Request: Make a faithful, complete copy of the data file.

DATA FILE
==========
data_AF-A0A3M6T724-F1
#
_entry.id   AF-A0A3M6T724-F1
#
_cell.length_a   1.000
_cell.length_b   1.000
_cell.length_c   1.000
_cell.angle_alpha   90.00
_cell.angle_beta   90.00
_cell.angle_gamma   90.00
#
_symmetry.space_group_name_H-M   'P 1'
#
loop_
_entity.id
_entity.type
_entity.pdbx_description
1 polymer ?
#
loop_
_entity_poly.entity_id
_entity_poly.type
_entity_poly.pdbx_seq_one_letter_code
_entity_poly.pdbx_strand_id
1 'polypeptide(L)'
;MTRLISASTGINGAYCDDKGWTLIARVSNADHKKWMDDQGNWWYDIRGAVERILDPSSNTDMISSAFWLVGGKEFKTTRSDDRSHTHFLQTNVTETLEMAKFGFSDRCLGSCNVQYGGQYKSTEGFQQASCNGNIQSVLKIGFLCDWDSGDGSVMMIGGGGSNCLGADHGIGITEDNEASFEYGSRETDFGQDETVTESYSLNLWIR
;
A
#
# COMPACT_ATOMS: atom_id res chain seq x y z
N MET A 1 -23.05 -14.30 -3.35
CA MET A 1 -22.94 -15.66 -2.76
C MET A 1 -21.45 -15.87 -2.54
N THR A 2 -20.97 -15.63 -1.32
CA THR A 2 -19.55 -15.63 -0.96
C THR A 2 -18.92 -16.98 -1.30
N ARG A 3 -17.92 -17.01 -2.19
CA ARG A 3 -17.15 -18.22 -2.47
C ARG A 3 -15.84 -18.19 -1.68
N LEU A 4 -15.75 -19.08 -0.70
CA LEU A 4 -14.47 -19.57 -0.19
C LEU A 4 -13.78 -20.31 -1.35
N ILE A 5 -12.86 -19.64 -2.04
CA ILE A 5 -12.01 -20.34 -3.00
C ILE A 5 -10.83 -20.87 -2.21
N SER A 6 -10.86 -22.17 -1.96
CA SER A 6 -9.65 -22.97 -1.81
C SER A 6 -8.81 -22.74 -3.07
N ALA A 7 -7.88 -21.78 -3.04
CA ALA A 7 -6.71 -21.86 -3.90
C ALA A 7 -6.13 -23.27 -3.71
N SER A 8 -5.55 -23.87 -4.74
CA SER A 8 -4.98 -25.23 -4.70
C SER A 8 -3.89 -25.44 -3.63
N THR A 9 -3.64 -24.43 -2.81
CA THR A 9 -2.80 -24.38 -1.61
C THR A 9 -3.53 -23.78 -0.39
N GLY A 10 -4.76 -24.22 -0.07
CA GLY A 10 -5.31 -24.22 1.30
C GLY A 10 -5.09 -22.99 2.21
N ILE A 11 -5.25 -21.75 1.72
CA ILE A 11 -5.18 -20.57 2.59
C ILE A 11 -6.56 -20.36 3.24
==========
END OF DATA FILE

data_AF-A0A3M6T724-F1
#
_entry.id   AF-A0A3M6T724-F1
#
_cell.length_a   1.000
_cell.length_b   1.000
_cell.length_c   1.000
_cell.angle_alpha   90.00
_cell.angle_beta   90.00
_cell.angle_gamma   90.00
#
_symmetry.space_group_name_H-M   'P 1'
#
loop_
_entity.id
_entity.type
_entity.pdbx_description
1 polymer ?
#
loop_
_entity_poly.entity_id
_entity_poly.type
_entity_poly.pdbx_seq_one_letter_code
_entity_poly.pdbx_strand_id
1 'polypeptide(L)'
;MTRLISASTGINGAYCDDKGWTLIARVSNADHKKWMDDQGNWWYDIRGAVERILDPSSNTDMISSAFWLVGGKEFKTTRSDDRSHTHFLQTNVTETLEMAKFGFSDRCLGSCNVQYGGQYKSTEGFQQASCNGNIQSVLKIGFLCDWDSGDGSVMMIGGGGSNCLGADHGIGITEDNEASFEYGSRETDFGQDETVTESYSLNLWIR
;
A
#
# COMPACT_ATOMS: atom_id res chain seq x y z
N MET A 1 -23.05 -14.30 -3.35
CA MET A 1 -22.94 -15.66 -2.76
C MET A 1 -21.45 -15.87 -2.54
N THR A 2 -20.97 -15.63 -1.32
CA THR A 2 -19.55 -15.63 -0.96
C THR A 2 -18.92 -16.98 -1.30
N ARG A 3 -17.92 -17.01 -2.19
CA ARG A 3 -17.15 -18.22 -2.47
C ARG A 3 -15.84 -18.19 -1.68
N LEU A 4 -15.75 -19.08 -0.70
CA LEU A 4 -14.47 -19.57 -0.19
C LEU A 4 -13.78 -20.31 -1.35
N ILE A 5 -12.86 -19.64 -2.04
CA ILE A 5 -12.01 -20.34 -3.00
C ILE A 5 -10.83 -20.87 -2.21
N SER A 6 -10.86 -22.17 -1.96
CA SER A 6 -9.65 -22.97 -1.81
C SER A 6 -8.81 -22.74 -3.07
N ALA A 7 -7.88 -21.78 -3.04
CA ALA A 7 -6.71 -21.86 -3.90
C ALA A 7 -6.13 -23.27 -3.71
N SER A 8 -5.55 -23.87 -4.74
CA SER A 8 -4.98 -25.23 -4.70
C SER A 8 -3.89 -25.44 -3.63
N THR A 9 -3.64 -24.43 -2.81
CA THR A 9 -2.80 -24.38 -1.61
C THR A 9 -3.53 -23.78 -0.39
N GLY A 10 -4.76 -24.22 -0.07
CA GLY A 10 -5.31 -24.22 1.30
C GLY A 10 -5.09 -22.99 2.21
N ILE A 11 -5.25 -21.75 1.72
CA ILE A 11 -5.18 -20.57 2.59
C ILE A 11 -6.56 -20.36 3.24